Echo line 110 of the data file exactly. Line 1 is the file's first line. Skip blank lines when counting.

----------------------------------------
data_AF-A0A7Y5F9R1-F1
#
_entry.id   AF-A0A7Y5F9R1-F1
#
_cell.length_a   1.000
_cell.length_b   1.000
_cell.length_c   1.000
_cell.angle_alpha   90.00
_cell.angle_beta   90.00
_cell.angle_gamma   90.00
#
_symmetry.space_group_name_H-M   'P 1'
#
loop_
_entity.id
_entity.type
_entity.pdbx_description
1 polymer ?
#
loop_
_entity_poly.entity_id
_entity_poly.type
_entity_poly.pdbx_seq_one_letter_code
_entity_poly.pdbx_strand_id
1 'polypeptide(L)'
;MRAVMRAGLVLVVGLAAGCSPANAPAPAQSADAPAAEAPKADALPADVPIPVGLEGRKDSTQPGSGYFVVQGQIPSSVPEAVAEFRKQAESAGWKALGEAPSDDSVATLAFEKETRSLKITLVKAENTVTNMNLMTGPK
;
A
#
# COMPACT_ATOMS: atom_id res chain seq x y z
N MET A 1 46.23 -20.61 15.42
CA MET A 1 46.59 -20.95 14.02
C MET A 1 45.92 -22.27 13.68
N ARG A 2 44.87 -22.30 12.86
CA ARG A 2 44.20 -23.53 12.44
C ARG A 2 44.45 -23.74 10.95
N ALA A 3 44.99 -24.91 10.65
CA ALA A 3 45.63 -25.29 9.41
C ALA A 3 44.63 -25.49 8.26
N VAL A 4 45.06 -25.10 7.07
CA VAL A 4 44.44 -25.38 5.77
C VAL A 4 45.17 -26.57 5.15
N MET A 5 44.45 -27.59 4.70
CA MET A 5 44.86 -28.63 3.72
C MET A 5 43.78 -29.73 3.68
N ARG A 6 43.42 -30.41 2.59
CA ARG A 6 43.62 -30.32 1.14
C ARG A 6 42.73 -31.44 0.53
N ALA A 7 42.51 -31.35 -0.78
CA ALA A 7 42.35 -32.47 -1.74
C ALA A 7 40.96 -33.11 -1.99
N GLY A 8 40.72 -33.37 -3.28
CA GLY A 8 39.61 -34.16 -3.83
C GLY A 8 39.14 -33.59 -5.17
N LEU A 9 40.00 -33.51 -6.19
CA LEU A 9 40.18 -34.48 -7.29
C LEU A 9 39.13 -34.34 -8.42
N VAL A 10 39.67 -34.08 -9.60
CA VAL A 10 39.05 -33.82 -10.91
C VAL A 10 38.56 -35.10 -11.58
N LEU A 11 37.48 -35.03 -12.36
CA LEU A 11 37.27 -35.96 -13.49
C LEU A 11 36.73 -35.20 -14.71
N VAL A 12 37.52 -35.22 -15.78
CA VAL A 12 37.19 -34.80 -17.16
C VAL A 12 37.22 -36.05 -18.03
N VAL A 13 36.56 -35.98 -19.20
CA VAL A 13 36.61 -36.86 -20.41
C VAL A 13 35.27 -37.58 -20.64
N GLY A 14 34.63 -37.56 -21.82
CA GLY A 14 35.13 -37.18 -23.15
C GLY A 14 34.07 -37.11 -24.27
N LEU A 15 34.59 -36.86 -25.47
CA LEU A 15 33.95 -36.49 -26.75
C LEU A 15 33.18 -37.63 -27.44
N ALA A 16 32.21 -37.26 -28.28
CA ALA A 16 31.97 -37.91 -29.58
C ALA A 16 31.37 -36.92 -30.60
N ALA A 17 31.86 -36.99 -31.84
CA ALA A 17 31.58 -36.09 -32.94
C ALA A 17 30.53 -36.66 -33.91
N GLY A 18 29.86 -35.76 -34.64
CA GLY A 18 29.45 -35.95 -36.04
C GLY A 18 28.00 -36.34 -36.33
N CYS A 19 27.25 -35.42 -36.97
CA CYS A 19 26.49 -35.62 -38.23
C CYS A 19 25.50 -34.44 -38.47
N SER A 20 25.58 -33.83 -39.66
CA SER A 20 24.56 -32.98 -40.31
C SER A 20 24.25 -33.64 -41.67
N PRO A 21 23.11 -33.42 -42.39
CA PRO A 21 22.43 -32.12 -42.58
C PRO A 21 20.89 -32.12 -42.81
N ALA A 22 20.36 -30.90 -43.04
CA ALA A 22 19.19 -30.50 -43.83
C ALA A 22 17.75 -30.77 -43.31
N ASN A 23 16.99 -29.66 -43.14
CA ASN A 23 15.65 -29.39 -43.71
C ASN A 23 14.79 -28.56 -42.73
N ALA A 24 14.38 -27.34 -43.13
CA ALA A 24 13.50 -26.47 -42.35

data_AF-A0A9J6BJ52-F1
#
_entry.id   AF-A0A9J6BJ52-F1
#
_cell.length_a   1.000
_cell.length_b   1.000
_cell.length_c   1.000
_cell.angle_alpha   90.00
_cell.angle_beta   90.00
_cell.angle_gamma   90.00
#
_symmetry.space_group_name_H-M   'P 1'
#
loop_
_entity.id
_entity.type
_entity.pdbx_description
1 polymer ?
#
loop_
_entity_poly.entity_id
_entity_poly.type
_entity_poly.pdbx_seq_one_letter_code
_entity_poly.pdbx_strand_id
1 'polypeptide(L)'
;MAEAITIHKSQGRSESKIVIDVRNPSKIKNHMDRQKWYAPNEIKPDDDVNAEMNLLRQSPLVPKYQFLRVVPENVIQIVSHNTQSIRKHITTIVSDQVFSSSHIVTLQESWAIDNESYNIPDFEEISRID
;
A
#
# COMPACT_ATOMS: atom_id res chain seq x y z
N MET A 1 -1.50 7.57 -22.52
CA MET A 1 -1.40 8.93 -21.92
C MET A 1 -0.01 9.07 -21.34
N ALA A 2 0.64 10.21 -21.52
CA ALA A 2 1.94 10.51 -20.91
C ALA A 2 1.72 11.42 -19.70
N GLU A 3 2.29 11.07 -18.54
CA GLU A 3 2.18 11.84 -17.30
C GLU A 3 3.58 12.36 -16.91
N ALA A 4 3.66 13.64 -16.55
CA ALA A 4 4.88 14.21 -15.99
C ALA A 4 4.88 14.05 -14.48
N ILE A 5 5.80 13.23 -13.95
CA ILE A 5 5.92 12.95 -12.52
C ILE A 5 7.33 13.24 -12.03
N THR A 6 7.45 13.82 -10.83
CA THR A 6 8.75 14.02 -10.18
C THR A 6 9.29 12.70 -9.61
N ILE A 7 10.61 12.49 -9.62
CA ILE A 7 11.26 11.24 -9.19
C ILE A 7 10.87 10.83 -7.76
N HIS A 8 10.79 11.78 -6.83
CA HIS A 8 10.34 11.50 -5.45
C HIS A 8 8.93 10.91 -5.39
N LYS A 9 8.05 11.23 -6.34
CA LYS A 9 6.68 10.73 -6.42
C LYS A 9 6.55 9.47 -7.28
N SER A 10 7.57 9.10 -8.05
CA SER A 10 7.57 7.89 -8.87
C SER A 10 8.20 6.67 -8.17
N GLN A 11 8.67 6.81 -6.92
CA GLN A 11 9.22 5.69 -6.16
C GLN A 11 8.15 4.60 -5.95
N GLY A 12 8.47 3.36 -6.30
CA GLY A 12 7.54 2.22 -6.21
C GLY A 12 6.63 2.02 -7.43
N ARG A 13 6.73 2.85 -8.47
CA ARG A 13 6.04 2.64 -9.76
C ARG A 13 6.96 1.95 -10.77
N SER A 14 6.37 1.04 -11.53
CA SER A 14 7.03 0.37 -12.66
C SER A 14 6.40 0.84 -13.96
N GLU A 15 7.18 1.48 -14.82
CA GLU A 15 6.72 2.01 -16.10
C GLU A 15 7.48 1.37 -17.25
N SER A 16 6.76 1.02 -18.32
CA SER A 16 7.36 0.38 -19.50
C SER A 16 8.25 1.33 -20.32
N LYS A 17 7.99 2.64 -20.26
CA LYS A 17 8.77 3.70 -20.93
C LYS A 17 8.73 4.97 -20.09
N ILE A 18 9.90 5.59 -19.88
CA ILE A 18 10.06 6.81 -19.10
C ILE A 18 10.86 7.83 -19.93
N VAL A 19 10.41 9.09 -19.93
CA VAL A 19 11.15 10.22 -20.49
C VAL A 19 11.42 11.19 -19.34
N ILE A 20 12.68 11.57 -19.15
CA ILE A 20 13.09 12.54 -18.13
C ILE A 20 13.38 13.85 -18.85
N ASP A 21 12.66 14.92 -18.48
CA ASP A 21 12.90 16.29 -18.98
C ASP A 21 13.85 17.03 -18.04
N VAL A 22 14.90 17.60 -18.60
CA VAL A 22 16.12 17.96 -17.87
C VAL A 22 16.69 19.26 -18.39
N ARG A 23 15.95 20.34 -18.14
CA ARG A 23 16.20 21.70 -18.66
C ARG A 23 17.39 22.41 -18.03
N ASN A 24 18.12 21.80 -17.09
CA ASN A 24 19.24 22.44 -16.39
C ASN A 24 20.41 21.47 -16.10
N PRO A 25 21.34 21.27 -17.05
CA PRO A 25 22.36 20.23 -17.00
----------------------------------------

_cell.angle_beta   90.00